As someone who enjoys the written word, and has done for many many years, this book spoke to my inner bookworm. It is very much the whole purpose of World Book Night, which is trying to get non-readers to read or those that hardly do to read more.
It is also about the sheer amount of magical worlds, wisdom and knowledge that remains hidden from illiterates.
It is certainly about people stereotyping certain individuals and thereby curbing their learning experience. Assuming that low ability also means incapable of taking anything on board.’You’re too stupid to learn, so why would I waste time teaching you.’
This is exactly the type of experience Germain has had in school. Faced with ridicule and zero expectations, he has learnt not to venture into realms he doesn’t understand. Even his friends are comfortable with the status quo, so it comes as a surprise and a subliminal threat when Germain starts to venture outwards and upwards.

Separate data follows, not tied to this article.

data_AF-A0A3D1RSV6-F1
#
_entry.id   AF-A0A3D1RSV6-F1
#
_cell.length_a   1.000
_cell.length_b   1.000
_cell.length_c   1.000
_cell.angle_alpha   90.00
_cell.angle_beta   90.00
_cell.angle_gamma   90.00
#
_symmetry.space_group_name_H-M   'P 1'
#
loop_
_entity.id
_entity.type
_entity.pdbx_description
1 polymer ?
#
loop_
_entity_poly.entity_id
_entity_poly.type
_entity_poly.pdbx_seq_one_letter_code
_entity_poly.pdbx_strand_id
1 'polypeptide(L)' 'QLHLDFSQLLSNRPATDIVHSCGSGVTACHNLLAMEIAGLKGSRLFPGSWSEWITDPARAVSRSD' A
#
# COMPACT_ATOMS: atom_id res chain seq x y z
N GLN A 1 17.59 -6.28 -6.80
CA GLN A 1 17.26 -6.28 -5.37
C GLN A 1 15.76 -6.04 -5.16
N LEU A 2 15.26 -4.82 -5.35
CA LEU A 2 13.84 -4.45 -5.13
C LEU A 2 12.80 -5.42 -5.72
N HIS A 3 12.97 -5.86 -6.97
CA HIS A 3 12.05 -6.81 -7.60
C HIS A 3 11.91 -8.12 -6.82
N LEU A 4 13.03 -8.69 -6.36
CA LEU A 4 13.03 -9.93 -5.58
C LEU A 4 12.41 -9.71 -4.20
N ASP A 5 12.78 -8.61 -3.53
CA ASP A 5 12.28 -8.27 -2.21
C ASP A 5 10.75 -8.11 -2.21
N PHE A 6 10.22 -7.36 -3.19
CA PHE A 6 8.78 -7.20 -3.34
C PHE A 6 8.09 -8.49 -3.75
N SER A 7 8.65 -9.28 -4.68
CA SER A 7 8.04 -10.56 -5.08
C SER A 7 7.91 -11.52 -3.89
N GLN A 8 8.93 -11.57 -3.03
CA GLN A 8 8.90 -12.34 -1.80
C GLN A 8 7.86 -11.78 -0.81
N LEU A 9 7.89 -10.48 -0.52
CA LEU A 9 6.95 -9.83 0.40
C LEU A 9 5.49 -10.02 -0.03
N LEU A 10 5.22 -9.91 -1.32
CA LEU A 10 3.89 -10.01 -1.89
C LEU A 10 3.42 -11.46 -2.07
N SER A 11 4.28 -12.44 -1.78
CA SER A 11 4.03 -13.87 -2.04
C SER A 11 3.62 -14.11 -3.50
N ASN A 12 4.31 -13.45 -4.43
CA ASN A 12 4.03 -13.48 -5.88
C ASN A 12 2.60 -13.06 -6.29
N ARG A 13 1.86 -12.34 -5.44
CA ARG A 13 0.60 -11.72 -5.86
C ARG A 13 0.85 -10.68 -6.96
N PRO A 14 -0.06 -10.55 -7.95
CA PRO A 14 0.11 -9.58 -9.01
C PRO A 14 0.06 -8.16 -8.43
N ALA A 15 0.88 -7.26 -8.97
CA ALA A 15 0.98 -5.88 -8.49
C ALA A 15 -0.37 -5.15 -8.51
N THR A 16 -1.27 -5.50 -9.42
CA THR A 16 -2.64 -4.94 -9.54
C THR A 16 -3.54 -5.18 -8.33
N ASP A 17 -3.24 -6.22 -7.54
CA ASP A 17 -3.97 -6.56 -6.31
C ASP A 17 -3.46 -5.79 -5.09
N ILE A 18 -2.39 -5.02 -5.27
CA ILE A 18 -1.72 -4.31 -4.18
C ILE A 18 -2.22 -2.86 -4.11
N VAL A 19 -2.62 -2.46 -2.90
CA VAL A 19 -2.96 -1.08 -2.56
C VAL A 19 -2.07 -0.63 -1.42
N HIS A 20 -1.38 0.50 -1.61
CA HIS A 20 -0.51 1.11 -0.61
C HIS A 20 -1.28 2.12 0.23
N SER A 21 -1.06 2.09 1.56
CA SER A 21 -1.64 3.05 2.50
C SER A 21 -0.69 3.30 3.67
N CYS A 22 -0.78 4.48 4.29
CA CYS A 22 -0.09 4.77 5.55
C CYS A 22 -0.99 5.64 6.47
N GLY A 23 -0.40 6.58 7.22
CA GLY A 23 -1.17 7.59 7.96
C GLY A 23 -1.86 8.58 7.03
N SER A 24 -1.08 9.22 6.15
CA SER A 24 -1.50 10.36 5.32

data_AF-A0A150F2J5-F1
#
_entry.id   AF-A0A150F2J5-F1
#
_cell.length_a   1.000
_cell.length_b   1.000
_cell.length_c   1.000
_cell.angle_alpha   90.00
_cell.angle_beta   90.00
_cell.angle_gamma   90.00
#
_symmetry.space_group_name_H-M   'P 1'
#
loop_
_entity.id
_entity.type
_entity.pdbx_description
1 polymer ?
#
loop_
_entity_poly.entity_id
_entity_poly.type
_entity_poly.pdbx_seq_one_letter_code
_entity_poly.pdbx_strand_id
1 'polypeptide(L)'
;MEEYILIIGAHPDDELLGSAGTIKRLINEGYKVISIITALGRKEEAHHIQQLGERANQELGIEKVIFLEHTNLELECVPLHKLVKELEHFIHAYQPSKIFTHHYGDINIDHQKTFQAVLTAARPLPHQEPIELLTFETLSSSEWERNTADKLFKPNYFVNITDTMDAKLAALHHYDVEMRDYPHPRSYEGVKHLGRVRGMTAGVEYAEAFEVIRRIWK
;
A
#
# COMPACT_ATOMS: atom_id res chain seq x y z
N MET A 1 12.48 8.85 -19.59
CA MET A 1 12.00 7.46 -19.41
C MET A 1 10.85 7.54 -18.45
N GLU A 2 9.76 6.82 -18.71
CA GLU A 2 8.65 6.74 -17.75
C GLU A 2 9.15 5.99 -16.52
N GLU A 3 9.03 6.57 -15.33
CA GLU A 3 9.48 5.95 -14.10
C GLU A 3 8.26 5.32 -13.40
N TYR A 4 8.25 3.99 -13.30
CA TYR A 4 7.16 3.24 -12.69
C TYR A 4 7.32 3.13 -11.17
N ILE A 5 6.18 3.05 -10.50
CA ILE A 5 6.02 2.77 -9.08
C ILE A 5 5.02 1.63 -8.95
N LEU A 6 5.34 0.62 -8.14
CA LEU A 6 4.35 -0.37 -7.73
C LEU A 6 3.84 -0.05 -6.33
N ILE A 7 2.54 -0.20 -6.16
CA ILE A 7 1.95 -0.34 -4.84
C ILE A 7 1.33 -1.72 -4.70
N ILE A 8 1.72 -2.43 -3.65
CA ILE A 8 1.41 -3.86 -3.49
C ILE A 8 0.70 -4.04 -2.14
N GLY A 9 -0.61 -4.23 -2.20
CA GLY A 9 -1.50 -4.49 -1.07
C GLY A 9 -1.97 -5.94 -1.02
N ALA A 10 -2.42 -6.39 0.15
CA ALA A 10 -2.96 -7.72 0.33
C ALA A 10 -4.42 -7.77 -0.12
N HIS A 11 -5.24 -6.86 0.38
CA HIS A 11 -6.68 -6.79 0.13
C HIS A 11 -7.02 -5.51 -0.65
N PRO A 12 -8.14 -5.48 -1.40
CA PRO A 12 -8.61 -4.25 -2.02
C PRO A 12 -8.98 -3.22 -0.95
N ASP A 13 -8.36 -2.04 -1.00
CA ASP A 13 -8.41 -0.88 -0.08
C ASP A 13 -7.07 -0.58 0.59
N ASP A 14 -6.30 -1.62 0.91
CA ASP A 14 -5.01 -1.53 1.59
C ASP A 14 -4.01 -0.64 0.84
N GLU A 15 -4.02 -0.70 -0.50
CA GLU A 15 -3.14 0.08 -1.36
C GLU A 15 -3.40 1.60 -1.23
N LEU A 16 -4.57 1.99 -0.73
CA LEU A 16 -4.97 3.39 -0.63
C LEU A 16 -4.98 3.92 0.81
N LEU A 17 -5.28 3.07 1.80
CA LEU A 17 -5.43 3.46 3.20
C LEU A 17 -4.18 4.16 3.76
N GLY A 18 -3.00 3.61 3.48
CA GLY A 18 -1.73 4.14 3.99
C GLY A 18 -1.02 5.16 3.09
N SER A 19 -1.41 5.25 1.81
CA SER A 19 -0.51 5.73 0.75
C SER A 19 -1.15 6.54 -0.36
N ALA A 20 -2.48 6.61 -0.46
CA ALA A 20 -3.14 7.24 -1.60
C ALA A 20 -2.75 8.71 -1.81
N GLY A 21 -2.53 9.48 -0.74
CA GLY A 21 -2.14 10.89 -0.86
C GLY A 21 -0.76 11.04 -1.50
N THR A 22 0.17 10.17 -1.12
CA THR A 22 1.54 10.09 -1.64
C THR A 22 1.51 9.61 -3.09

Margueritte becomes the mother-figure Germain never had, but has always wanted. They are two lonely people living in solitude who become friends. It only takes one person to believe in the abilities of another, to give the less confident the courage to go beyond their imagined boundaries. She teaches him in a such a subtle way that he doesn’t realise what is happening. In the end he snatches the reins from her and his journey becomes one of personal independence, strength and development.
I was a little confused as to why the setting was in France with characters with French names, and yet the general language was clearly very street English at the beginning, although it did subside after a while. Do the French even know what chavs are? Then I remembered it has been translated from the French language, so the translator (Frank Wynne) has probably just used the English equivalent of the situational language setting.
Overall it is a poignant story, and a good read, hidden within something seemingly unobtrusive. By the way I really like the idea of a four-eyed story.